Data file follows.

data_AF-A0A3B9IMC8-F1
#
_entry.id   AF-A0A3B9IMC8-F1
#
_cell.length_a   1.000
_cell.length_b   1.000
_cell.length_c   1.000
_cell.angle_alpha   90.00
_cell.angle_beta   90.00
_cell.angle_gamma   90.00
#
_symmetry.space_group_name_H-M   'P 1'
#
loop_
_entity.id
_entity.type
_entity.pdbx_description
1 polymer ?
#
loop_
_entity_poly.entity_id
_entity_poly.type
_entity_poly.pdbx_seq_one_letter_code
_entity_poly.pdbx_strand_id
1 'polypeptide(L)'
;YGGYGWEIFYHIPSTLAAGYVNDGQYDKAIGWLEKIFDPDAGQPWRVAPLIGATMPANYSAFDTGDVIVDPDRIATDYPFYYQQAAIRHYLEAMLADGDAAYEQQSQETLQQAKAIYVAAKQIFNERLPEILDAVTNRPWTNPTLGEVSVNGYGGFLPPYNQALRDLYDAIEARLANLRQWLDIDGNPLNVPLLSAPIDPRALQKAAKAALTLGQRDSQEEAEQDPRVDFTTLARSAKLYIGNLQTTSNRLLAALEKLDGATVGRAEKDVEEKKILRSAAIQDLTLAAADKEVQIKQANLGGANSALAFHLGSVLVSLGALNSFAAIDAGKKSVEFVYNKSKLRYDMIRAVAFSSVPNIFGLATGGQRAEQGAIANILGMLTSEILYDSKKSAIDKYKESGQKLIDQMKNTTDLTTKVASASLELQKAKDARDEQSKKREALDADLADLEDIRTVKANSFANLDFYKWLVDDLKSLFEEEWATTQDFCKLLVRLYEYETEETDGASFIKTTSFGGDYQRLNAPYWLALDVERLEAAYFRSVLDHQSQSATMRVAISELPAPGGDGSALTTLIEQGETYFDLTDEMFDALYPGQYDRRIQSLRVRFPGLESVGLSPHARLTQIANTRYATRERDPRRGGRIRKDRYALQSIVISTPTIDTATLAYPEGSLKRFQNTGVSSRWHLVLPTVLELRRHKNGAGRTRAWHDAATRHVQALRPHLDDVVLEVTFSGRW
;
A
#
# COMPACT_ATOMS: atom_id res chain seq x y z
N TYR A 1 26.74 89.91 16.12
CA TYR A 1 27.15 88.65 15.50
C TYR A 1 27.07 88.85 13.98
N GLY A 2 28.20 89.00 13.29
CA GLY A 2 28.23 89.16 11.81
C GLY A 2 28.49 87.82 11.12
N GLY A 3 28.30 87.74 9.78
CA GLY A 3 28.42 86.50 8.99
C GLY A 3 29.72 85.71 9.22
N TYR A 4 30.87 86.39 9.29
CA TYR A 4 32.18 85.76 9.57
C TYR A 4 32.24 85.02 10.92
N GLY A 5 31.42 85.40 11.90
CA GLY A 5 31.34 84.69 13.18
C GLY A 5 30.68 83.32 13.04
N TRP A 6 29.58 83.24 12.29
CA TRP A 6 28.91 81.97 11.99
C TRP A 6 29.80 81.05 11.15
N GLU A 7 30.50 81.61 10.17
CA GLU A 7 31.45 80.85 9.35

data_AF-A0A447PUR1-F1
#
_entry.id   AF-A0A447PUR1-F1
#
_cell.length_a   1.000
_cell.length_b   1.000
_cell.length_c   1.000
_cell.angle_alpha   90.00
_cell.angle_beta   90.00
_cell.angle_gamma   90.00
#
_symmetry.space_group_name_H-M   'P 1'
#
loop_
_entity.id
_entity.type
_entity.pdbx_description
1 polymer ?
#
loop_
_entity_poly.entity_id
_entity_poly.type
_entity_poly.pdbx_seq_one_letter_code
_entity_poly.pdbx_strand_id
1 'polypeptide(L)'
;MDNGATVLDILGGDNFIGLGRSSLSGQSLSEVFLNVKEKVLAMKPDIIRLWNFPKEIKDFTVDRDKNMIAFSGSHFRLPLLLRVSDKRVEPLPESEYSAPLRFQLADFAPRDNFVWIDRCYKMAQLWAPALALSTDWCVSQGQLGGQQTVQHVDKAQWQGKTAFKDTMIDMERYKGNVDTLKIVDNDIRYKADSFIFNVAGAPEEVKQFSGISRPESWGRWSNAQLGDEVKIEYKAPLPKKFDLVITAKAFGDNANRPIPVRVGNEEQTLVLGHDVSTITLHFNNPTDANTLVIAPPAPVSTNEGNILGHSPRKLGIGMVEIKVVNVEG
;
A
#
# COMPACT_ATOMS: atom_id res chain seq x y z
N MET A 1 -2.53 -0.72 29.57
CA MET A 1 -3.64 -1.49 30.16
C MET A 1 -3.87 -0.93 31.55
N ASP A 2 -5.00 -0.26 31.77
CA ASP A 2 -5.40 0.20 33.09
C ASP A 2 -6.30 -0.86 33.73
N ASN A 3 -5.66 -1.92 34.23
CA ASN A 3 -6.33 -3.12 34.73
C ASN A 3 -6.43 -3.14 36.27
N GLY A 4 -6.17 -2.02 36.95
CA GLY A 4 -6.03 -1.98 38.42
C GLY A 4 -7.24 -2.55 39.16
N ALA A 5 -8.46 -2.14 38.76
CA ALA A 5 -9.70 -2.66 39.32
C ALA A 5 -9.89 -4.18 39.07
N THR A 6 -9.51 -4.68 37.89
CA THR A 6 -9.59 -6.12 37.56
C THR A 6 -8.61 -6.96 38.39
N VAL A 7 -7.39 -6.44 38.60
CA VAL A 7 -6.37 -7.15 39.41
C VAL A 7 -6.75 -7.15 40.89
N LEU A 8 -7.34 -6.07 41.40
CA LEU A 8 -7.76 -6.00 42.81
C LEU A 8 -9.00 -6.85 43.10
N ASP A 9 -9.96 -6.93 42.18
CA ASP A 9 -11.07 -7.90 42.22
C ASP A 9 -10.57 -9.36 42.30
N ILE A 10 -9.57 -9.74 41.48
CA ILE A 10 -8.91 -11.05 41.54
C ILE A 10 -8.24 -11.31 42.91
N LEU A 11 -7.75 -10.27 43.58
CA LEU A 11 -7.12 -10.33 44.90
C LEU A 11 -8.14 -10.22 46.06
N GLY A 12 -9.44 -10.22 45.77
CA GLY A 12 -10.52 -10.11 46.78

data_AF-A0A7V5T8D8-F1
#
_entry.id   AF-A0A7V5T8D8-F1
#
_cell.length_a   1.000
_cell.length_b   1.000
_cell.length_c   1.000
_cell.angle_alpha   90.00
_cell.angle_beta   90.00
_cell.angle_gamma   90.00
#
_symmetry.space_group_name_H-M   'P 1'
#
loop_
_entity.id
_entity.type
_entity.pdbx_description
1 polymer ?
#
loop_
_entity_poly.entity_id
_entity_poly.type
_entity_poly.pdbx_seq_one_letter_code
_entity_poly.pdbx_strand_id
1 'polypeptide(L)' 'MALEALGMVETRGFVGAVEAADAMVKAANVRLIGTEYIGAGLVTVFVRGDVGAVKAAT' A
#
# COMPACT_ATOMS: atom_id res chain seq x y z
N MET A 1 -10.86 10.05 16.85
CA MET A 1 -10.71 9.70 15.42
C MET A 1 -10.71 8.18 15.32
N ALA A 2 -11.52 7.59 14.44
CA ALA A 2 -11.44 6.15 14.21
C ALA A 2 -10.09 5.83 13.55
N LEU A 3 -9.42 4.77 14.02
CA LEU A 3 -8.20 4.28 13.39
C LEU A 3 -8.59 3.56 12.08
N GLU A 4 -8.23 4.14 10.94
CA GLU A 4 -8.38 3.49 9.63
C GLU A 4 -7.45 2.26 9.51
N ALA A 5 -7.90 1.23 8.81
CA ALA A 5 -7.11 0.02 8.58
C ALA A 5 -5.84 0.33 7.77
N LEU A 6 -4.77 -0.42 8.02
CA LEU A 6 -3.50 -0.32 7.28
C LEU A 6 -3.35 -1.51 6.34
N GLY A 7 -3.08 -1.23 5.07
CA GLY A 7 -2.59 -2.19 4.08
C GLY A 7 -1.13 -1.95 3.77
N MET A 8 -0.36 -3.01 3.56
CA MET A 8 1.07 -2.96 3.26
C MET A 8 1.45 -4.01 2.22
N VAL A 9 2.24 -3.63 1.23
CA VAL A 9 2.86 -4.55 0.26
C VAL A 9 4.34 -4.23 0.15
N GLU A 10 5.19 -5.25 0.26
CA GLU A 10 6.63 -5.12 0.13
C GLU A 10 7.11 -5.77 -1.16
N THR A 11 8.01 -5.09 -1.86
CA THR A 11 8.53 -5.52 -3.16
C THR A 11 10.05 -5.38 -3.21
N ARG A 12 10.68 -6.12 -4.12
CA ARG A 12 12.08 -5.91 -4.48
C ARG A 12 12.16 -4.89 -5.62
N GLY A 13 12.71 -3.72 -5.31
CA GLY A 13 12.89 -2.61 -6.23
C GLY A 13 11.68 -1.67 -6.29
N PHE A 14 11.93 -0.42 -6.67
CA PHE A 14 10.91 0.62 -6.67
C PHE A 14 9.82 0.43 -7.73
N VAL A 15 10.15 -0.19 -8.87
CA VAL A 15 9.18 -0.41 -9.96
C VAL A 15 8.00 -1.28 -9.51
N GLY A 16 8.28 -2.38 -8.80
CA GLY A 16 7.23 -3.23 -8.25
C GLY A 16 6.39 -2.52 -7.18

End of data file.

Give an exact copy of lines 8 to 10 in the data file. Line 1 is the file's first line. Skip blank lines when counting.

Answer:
_cell.angle_alpha   90.00
_cell.angle_beta   90.00
_cell.angle_gamma   90.00